Staniland: Having people like Jenny affiliated with CISSR is essential for CIR to bring students the best research in the field and have them taught by skilled and knowledgeable scholars.
Dialogo: Why is site research is an important part of this kind of social science research?
Trinitapoli: The primary goal of CISSR is to advance social science research on questions of enduring global significance, and to nourish empirical, international research across the disciplines. One of the key ways CISSR honors that goal is by supporting student-led field research efforts through travel grants. Supporting graduate student and faculty research in this vein is the single most important thing that we do at CISSR.
Staniland: The University's graduate programs work best when they draw on research-active faculty who know what's being taught across the discipline and who are producing cutting-edge research. It is the calling card of a research university education that you are in the classroom with faculty who really are at the leading edge. That is why it is essential to have institutions like CISSR that provide the resources and the space and facilitation for maintaining this stock of faculty.
Trinitapoli: When you're talking about original data collection endeavors, it either is going to happen or not happen based on the actions of a person or small group of people at a particular time, and they need resources to make it happen. We don't have the resources to launch multi-million dollar projects, but we do have the resources to send people to do pilot data collection, follow-up data collection and revisits, and we can help them build the foundation of research they need to launch much larger projects.
Staniland: Much of the work that goes on can't happen unless it's resourced, but it can be really hard for faculty and students to secure field research funding.
This is especially true for graduate students. My students have benefited enormously from what can seem like relatively small amounts of money – even $3000 can go a really long way in getting a Ph.D. student out into the field for the first time. But if you don't have a place that provides that kind of funding, it can have a huge negative impact on their future careers.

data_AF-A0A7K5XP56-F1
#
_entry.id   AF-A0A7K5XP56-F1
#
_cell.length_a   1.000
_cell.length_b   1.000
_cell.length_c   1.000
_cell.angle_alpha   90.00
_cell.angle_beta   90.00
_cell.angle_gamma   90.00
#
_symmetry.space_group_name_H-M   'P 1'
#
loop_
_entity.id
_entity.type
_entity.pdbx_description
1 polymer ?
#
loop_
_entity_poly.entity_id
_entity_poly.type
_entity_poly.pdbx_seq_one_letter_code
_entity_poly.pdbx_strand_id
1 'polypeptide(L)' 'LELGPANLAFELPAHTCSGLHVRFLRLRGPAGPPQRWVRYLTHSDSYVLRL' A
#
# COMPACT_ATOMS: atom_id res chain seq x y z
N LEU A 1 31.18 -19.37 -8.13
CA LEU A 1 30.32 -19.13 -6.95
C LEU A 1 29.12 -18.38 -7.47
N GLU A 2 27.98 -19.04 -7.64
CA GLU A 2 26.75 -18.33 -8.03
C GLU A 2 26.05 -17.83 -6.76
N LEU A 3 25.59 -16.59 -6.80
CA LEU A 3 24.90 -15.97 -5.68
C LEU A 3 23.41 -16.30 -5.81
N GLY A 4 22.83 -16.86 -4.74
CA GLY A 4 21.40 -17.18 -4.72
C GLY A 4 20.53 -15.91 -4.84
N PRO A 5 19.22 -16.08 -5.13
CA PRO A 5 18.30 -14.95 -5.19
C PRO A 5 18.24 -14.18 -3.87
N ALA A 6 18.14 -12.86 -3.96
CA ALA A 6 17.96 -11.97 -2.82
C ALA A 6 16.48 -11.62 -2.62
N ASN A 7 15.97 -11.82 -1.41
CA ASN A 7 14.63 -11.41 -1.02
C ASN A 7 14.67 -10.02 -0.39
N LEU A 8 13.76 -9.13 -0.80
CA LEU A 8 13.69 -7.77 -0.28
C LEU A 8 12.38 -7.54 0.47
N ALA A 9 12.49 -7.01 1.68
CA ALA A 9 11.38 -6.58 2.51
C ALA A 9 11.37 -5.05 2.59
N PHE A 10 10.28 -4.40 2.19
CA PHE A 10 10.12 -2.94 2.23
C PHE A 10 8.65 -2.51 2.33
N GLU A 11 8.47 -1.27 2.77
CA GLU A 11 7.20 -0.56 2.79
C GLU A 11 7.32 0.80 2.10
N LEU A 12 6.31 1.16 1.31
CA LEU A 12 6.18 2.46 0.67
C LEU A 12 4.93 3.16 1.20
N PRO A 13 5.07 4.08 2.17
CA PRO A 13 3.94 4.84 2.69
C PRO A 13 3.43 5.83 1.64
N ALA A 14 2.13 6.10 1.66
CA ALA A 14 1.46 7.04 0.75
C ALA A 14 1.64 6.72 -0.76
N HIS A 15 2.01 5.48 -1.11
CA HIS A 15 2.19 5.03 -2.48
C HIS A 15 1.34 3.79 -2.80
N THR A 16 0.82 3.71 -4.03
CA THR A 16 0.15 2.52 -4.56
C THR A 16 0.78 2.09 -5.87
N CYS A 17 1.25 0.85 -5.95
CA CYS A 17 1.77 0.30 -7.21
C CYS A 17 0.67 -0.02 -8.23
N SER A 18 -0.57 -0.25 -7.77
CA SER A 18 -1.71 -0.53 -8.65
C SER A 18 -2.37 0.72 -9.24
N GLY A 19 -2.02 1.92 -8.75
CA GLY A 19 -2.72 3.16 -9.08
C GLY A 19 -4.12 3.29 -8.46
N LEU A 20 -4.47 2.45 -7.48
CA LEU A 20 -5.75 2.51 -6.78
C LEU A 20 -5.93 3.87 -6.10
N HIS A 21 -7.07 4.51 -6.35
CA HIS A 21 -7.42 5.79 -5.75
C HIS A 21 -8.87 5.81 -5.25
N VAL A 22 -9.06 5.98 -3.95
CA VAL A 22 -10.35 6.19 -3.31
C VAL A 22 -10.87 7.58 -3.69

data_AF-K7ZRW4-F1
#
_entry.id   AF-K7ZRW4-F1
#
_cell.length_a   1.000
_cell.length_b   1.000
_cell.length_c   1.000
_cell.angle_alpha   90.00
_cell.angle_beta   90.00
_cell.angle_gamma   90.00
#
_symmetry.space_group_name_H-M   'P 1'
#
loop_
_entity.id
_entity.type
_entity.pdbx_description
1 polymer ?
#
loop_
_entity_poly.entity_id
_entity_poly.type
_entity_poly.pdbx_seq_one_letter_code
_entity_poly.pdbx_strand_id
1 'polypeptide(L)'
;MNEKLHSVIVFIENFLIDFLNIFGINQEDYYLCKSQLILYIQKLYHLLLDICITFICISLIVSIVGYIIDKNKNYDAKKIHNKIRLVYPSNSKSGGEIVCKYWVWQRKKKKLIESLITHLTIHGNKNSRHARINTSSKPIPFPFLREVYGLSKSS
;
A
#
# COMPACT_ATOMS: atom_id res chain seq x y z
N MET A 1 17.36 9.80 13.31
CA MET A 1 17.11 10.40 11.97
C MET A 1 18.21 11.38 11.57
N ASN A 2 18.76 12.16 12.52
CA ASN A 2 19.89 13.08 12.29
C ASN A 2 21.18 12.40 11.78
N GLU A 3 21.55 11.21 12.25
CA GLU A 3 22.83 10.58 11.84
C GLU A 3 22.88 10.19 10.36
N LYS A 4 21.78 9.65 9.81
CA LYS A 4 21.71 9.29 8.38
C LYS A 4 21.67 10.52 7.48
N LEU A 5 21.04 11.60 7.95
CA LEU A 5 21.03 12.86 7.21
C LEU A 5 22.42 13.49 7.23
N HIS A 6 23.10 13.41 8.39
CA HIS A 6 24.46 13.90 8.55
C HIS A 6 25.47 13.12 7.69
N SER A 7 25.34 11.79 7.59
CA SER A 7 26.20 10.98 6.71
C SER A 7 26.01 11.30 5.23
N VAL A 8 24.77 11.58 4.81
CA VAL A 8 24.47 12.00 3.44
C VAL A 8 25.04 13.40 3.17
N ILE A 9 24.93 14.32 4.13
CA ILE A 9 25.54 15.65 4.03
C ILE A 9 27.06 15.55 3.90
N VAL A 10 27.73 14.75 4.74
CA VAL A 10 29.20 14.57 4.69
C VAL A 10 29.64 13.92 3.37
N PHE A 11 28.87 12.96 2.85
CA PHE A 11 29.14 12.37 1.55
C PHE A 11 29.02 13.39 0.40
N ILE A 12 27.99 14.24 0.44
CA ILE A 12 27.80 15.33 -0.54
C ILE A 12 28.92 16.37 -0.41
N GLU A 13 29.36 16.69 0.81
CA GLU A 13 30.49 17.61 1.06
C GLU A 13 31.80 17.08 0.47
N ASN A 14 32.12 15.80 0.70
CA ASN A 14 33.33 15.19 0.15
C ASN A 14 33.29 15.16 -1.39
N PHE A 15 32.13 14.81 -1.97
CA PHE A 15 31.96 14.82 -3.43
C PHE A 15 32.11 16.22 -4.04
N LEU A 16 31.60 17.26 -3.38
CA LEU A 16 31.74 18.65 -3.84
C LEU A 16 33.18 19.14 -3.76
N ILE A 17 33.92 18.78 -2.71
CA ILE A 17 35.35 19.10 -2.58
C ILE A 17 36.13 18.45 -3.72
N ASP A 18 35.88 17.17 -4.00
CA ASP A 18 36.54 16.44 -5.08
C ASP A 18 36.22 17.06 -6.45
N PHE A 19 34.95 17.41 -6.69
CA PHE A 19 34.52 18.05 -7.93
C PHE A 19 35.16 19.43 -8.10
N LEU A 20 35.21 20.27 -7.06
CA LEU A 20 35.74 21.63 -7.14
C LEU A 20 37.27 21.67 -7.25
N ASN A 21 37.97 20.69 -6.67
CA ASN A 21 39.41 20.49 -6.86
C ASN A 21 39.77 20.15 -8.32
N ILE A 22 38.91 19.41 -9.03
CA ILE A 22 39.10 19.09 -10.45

There is a whole set of conditions that have to be in place to be competitive to win research funding from outside the University, and if you don't provide the initial startup then you're going to get graduate students who are just not competitive. They need to be able to show that they’ve done a pilot project and spent some time in the field. So having a dedicated place where both faculty and graduate students can get resources to do this kind of work is absolutely essential.
Dialogo: How does the opportunity to do field research inspire students in their future endeavors?
Trinitapoli: There are limits to what people can figure out on their own simply by reading secondary sources. At a certain point, you have to go to the source, and being able to facilitate that for the right kinds of students is the best thing that we can do.
My first trips to the field were facilitated by tiny ‘good luck grants’. They barely covered my plane tickets, but it was momentous as far as the course of research. When I left, all I had was an exciting topic, but I came back with a clear research question and data to start answering that question. I also had support from other people who were experienced field researchers who knew how to leverage budgets toward their research projects.
Most people I know doing this type of research have a similar story. The difference is that there used to be a lot of funding streams and foundations to support these types of projects, but many of those sources have dried up. Being able to preserve that as a priority, even in the face of a changing resource base, is something that I think is important for setting graduate students on a good path.